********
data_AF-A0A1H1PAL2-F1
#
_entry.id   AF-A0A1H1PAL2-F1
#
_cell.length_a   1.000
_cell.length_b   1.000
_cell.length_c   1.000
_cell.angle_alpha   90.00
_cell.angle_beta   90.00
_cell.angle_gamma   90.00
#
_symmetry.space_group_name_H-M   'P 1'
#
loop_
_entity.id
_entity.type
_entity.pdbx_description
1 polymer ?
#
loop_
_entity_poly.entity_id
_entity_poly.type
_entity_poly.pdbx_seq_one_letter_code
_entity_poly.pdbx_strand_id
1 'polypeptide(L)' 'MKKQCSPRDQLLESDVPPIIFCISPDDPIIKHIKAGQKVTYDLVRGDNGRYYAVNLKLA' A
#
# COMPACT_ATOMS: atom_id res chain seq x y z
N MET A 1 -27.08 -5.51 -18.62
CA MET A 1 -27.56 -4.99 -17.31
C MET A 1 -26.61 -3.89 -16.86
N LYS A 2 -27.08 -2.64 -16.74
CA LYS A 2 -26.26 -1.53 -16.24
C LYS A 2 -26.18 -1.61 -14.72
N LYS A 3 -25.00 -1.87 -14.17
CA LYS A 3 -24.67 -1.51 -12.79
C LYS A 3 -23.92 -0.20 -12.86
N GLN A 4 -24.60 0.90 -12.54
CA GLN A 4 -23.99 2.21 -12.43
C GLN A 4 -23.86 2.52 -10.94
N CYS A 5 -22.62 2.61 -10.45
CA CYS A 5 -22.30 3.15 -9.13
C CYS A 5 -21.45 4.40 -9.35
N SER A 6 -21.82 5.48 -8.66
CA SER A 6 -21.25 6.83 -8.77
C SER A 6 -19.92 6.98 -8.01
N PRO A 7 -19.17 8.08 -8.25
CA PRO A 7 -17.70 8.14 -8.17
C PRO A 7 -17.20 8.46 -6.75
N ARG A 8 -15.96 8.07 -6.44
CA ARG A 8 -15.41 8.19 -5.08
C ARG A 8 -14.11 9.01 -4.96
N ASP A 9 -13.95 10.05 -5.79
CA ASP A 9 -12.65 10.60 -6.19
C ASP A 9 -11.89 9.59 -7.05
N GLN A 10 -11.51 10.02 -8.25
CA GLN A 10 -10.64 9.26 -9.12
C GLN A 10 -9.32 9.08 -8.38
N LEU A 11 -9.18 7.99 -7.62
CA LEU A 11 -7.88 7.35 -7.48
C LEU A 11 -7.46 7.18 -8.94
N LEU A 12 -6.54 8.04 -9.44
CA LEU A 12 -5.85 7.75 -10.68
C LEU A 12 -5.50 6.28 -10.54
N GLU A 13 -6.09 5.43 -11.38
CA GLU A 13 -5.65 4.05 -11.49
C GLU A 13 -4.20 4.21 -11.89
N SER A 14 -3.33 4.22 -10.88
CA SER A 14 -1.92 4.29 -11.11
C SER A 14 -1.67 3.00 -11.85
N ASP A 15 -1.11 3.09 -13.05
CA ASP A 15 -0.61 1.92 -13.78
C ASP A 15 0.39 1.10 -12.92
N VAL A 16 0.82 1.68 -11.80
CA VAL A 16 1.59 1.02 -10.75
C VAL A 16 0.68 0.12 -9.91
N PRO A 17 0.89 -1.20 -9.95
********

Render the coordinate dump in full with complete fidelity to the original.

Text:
data_AF-A0A1H1PAL2-F1
#
_entry.id   AF-A0A1H1PAL2-F1
#
_cell.length_a   1.000
_cell.length_b   1.000
_cell.length_c   1.000
_cell.angle_alpha   90.00
_cell.angle_beta   90.00
_cell.angle_gamma   90.00
#
_symmetry.space_group_name_H-M   'P 1'
#
loop_
_entity.id
_entity.type
_entity.pdbx_description
1 polymer ?
#
loop_
_entity_poly.entity_id
_entity_poly.type
_entity_poly.pdbx_seq_one_letter_code
_entity_poly.pdbx_strand_id
1 'polypeptide(L)' 'MKKQCSPRDQLLESDVPPIIFCISPDDPIIKHIKAGQKVTYDLVRGDNGRYYAVNLKLA' A
#
# COMPACT_ATOMS: atom_id res chain seq x y z
N MET A 1 -27.08 -5.51 -18.62
CA MET A 1 -27.56 -4.99 -17.31
C MET A 1 -26.61 -3.89 -16.86
N LYS A 2 -27.08 -2.64 -16.74
CA LYS A 2 -26.26 -1.53 -16.24
C LYS A 2 -26.18 -1.61 -14.72
N LYS A 3 -25.00 -1.87 -14.17
CA LYS A 3 -24.67 -1.51 -12.79
C LYS A 3 -23.92 -0.20 -12.86
N GLN A 4 -24.60 0.90 -12.54
CA GLN A 4 -23.99 2.21 -12.43
C GLN A 4 -23.86 2.52 -10.94
N CYS A 5 -22.62 2.61 -10.45
CA CYS A 5 -22.30 3.15 -9.13
C CYS A 5 -21.45 4.40 -9.35
N SER A 6 -21.82 5.48 -8.66
CA SER A 6 -21.25 6.83 -8.77
C SER A 6 -19.92 6.98 -8.01
N PRO A 7 -19.17 8.08 -8.25
CA PRO A 7 -17.70 8.14 -8.17
C PRO A 7 -17.20 8.46 -6.75
N ARG A 8 -15.96 8.07 -6.44
CA ARG A 8 -15.41 8.19 -5.08
C ARG A 8 -14.11 9.01 -4.96
N ASP A 9 -13.95 10.05 -5.79
CA ASP A 9 -12.65 10.60 -6.19
C ASP A 9 -11.89 9.59 -7.05
N GLN A 10 -11.51 10.02 -8.25
CA GLN A 10 -10.64 9.26 -9.12
C GLN A 10 -9.32 9.08 -8.38
N LEU A 11 -9.18 7.99 -7.62
CA LEU A 11 -7.88 7.35 -7.48
C LEU A 11 -7.46 7.18 -8.94
N LEU A 12 -6.54 8.04 -9.44
CA LEU A 12 -5.85 7.75 -10.68
C LEU A 12 -5.50 6.28 -10.54
N GLU A 13 -6.09 5.43 -11.38
CA GLU A 13 -5.65 4.05 -11.49
C GLU A 13 -4.20 4.21 -11.89
N SER A 14 -3.33 4.22 -10.88
CA SER A 14 -1.92 4.29 -11.11
C SER A 14 -1.67 3.00 -11.85
N ASP A 15 -1.11 3.09 -13.05
CA ASP A 15 -0.61 1.92 -13.78
C ASP A 15 0.39 1.10 -12.92
N VAL A 16 0.82 1.68 -11.80
CA VAL A 16 1.59 1.02 -10.75
C VAL A 16 0.68 0.12 -9.91
N PRO A 17 0.89 -1.20 -9.95